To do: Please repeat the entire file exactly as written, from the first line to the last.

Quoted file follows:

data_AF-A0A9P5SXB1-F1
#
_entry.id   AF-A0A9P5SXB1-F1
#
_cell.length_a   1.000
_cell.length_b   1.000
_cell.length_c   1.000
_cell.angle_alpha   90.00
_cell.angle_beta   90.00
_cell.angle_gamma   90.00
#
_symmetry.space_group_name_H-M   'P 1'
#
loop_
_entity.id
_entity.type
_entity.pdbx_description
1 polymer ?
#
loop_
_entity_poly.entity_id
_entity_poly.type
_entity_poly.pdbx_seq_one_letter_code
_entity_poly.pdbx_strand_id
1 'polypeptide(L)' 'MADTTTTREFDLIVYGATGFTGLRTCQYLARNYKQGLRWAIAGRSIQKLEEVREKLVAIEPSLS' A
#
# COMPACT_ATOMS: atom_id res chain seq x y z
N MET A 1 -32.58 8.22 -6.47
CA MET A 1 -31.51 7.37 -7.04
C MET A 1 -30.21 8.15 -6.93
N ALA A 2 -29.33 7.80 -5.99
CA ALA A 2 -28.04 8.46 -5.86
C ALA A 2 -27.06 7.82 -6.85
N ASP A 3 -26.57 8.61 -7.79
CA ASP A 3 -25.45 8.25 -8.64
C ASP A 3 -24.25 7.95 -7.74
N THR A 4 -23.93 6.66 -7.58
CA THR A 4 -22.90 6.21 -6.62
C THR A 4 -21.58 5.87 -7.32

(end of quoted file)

data_AF-A0A9P5SXB1-F1
#
_entry.id   AF-A0A9P5SXB1-F1
#
_cell.length_a   1.000
_cell.length_b   1.000
_cell.length_c   1.000
_cell.angle_alpha   90.00
_cell.angle_beta   90.00
_cell.angle_gamma   90.00
#
_symmetry.space_group_name_H-M   'P 1'
#
loop_
_entity.id
_entity.type
_entity.pdbx_description
1 polymer ?
#
loop_
_entity_poly.entity_id
_entity_poly.type
_entity_poly.pdbx_seq_one_letter_code
_entity_poly.pdbx_strand_id
1 'polypeptide(L)' 'MADTTTTREFDLIVYGATGFTGLRTCQYLARNYKQGLRWAIAGRSIQKLEEVREKLVAIEPSLS' A
#
# COMPACT_ATOMS: atom_id res chain seq x y z
N MET A 1 -32.58 8.22 -6.47
CA MET A 1 -31.51 7.37 -7.04
C MET A 1 -30.21 8.15 -6.93
N ALA A 2 -29.33 7.80 -5.99
CA ALA A 2 -28.04 8.46 -5.86
C ALA A 2 -27.06 7.82 -6.85
N ASP A 3 -26.57 8.61 -7.79
CA ASP A 3 -25.45 8.25 -8.64
C ASP A 3 -24.25 7.95 -7.74
N THR A 4 -23.93 6.66 -7.58
CA THR A 4 -22.90 6.21 -6.62
C THR A 4 -21.58 5.87 -7.32